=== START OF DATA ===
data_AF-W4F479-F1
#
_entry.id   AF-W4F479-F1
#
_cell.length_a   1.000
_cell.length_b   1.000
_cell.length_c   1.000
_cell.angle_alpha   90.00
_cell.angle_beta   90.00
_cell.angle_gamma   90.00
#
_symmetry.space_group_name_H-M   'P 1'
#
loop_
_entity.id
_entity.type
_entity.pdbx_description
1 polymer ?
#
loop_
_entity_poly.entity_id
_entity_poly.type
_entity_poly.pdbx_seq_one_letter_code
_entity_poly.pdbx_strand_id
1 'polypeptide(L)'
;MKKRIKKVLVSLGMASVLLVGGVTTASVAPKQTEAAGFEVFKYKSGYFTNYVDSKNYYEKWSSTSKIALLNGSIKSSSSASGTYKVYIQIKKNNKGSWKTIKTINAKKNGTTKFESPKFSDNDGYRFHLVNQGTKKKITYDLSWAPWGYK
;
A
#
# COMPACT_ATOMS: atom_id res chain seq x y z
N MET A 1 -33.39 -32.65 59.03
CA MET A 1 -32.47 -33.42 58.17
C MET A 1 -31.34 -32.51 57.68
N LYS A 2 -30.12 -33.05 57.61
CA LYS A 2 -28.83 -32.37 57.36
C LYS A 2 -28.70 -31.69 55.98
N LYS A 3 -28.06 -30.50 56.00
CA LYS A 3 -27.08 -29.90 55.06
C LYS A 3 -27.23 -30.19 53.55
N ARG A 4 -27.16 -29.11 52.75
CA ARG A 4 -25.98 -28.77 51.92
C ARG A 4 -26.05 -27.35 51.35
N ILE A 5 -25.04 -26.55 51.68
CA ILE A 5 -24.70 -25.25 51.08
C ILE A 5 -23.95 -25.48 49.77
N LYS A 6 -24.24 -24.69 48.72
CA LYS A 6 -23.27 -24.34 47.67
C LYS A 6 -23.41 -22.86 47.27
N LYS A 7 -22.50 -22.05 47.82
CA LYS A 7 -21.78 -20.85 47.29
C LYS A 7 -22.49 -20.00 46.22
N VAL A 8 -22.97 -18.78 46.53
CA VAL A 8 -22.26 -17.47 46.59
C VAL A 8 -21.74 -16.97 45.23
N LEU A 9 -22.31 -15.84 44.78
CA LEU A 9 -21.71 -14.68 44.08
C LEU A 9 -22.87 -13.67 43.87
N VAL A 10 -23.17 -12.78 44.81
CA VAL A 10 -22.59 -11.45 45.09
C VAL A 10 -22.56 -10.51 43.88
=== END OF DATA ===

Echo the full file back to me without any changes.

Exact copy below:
data_AF-W4F479-F1
#
_entry.id   AF-W4F479-F1
#
_cell.length_a   1.000
_cell.length_b   1.000
_cell.length_c   1.000
_cell.angle_alpha   90.00
_cell.angle_beta   90.00
_cell.angle_gamma   90.00
#
_symmetry.space_group_name_H-M   'P 1'
#
loop_
_entity.id
_entity.type
_entity.pdbx_description
1 polymer ?
#
loop_
_entity_poly.entity_id
_entity_poly.type
_entity_poly.pdbx_seq_one_letter_code
_entity_poly.pdbx_strand_id
1 'polypeptide(L)'
;MKKRIKKVLVSLGMASVLLVGGVTTASVAPKQTEAAGFEVFKYKSGYFTNYVDSKNYYEKWSSTSKIALLNGSIKSSSSASGTYKVYIQIKKNNKGSWKTIKTINAKKNGTTKFESPKFSDNDGYRFHLVNQGTKKKITYDLSWAPWGYK
;
A
#
# COMPACT_ATOMS: atom_id res chain seq x y z
N MET A 1 -33.39 -32.65 59.03
CA MET A 1 -32.47 -33.42 58.17
C MET A 1 -31.34 -32.51 57.68
N LYS A 2 -30.12 -33.05 57.61
CA LYS A 2 -28.83 -32.37 57.36
C LYS A 2 -28.70 -31.69 55.98
N LYS A 3 -28.06 -30.50 56.00
CA LYS A 3 -27.08 -29.90 55.06
C LYS A 3 -27.23 -30.19 53.55
N ARG A 4 -27.16 -29.11 52.75
CA ARG A 4 -25.98 -28.77 51.92
C ARG A 4 -26.05 -27.35 51.35
N ILE A 5 -25.04 -26.55 51.68
CA ILE A 5 -24.70 -25.25 51.08
C ILE A 5 -23.95 -25.48 49.77
N LYS A 6 -24.24 -24.69 48.72
CA LYS A 6 -23.27 -24.34 47.67
C LYS A 6 -23.41 -22.86 47.27
N LYS A 7 -22.50 -22.05 47.82
CA LYS A 7 -21.78 -20.85 47.29
C LYS A 7 -22.49 -20.00 46.22
N VAL A 8 -22.97 -18.78 46.53
CA VAL A 8 -22.26 -17.47 46.59
C VAL A 8 -21.74 -16.97 45.23
N LEU A 9 -22.31 -15.84 44.78
CA LEU A 9 -21.71 -14.68 44.08
C LEU A 9 -22.87 -13.67 43.87
N VAL A 10 -23.17 -12.78 44.81
CA VAL A 10 -22.59 -11.45 45.09
C VAL A 10 -22.56 -10.51 43.88